In this simulation, the CPC gains seat-wise compared to the 2019 election would mostly come at the expense of the NDP, which drops at an average of 18 seats.
Again, these seat totals are not all that surprising considering how similar how they are to the last federal election results. Let us now take a look at the women vote.
What if only Canadian women voted
As stated above, recent polling has shown the federal Liberals well ahead of their rivals in voting intentions among Canadian women. In the past months, we have seen this lead significantly increase over the Conservatives.
Here are the weighted averages calculated by the model:
The Liberals dominate the field with an average of 43 per cent, a 19-point lead over the Conservatives which stand at 24 per cent. The NDP and Greens also fare modestly better with women in the vote projection with 17 and 8 per cent respectively.
How would these voting intentions translate into seats? See below:
Projecting the women vote into seats, the Liberals would win on average a crushing 226 seats—including more than 100 seats in Ontario alone and a complete sweep of the Atlantic Provinces. In fact, the Liberals could even reach the majority threshold of 170 seats before reaching the Manitoba-Ontario border. As for the Conservatives, they would be reduced to just over 60 seats, with half of those from Alberta.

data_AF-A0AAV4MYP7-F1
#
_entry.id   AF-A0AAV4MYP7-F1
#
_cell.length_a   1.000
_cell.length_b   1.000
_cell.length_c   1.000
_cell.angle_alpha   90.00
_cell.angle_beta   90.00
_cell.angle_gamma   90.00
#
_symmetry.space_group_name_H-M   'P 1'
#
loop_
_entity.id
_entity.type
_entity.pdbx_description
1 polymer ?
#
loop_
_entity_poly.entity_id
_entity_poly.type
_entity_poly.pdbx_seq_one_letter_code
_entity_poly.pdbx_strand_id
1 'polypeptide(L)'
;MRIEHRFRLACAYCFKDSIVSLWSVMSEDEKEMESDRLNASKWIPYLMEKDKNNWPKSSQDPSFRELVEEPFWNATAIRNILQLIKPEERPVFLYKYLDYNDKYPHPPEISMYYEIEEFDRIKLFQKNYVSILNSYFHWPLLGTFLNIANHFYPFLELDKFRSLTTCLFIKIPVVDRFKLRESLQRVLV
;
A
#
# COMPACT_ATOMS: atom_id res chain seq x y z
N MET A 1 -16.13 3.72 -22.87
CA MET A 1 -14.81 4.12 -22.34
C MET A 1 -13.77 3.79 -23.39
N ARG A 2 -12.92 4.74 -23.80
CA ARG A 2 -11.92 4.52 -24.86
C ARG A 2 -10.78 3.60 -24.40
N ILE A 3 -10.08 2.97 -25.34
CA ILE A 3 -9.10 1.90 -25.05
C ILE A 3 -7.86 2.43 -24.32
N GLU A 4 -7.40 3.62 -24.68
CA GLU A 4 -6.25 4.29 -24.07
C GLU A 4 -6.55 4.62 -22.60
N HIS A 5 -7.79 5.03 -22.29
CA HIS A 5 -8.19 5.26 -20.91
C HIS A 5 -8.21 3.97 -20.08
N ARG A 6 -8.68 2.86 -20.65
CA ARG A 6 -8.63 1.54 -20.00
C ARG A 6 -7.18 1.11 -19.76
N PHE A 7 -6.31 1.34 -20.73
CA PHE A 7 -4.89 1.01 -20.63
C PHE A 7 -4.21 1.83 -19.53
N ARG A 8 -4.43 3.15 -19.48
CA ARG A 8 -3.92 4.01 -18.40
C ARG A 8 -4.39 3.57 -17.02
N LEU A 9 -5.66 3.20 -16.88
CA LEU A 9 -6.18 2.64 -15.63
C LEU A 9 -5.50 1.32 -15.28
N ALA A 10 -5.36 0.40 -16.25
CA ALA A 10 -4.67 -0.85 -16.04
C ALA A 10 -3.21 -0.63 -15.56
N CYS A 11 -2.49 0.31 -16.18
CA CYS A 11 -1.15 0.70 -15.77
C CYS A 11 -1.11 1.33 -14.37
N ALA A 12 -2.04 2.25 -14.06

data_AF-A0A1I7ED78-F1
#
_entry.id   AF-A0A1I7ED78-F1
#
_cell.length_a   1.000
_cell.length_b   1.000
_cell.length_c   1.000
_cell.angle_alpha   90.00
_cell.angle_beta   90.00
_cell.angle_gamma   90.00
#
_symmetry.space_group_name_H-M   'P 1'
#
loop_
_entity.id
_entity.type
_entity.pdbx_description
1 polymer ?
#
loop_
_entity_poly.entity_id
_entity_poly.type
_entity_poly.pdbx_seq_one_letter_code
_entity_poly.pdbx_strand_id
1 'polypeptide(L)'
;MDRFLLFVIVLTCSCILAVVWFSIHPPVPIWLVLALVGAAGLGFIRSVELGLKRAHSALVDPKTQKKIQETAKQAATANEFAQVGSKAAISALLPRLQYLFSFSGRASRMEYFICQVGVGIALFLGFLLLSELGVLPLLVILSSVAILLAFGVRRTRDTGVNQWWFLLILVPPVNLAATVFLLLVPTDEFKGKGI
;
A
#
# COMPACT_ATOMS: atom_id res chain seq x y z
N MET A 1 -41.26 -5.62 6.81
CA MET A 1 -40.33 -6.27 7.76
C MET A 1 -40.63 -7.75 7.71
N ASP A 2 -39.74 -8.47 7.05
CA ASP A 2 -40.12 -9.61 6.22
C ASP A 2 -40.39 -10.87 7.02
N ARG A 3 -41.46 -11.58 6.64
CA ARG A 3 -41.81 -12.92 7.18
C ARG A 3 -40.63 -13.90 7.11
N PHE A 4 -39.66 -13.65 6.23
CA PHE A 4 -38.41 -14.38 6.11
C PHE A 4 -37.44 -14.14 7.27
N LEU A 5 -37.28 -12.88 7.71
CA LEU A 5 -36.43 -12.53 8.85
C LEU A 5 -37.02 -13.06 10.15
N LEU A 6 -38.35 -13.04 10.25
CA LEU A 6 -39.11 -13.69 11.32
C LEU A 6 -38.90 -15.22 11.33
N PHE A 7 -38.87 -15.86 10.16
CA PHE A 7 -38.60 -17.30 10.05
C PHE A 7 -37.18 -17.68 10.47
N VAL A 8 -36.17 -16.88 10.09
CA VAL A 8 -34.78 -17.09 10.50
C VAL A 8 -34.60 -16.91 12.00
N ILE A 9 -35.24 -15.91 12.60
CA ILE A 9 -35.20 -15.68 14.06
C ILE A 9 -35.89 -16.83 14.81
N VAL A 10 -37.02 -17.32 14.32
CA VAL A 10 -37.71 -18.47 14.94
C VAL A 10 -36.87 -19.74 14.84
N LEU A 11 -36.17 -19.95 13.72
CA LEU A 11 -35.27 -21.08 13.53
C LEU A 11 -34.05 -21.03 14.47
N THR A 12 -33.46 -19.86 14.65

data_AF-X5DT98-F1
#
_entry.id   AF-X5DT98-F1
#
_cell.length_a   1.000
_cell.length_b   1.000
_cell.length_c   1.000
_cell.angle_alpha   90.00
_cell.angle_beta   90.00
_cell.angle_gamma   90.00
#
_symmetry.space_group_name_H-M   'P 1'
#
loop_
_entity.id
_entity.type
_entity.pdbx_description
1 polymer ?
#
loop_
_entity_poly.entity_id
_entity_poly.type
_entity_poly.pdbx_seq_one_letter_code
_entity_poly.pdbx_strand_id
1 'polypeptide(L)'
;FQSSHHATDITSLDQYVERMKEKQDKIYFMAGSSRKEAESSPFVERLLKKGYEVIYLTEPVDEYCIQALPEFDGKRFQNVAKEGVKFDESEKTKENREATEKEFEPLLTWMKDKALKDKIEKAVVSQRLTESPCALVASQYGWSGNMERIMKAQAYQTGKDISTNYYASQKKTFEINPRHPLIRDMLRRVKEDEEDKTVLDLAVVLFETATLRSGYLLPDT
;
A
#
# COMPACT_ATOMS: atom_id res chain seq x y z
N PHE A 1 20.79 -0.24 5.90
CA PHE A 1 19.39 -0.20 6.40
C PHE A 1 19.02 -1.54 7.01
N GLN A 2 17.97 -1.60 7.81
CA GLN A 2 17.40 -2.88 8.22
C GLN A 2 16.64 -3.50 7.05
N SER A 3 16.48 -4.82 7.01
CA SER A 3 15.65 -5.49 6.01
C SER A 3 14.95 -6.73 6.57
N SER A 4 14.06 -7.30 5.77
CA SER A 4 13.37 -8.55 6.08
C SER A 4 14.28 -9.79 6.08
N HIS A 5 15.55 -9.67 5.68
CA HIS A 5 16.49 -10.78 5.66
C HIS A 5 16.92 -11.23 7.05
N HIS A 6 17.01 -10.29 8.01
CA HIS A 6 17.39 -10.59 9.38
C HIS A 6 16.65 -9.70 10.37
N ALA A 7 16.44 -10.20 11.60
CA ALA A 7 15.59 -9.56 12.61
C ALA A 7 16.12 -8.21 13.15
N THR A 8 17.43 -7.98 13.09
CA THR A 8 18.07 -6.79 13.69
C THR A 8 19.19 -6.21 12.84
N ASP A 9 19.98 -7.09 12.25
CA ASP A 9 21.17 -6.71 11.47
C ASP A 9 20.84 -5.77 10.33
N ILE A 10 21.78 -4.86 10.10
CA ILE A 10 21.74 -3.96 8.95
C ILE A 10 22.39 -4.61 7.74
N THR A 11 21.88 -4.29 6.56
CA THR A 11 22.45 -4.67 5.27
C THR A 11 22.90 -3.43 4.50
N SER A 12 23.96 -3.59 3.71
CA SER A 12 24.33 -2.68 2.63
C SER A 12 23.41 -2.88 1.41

Once again we must insist: This is purely a politics-fiction exercise and these numbers are bound to change over time. Nevertheless, such thought-experiments (Gedankenexperiment) can serve as useful exercises of imagination to better understand the hows and the what-ifs.
Reading from a table that there is a gender gap of roughly 20 points between the main two parties in Canada may not resonate at first, until one compares the stark contrast between the seat projections translated from these numbers.
Yet, it is worth stressing that we have seen similar trends, albeit of lesser amplitude, in voting intentions in Canada: In the 2018 Ontario election, men supported Doug Ford’s PC in much greater numbers than women; The same could be said about the 2018 Quebec election, when the right-of-centre CAQ had higher support from men than women. Ditto Jason Kenney’s UCP in the 2019 Alberta election. South of the border, polls clearly show Democratic candidate Joe Biden leading by comfortable margins among American women, whereas American men are far more divided between Biden and President Trump.
Nonetheless, this represents a major challenge for the Conservatives and the next CPC leader whoever he or she may be. We have discussed at length that polling shows how the Conservatives need to reach out to a younger, more urban (and suburban) demographics in order to win future elections in Canada. But we cannot stress this enough: Trailing the Liberals by almost 20 points among Canadian women also dramatically narrows the path to victory for the CPC.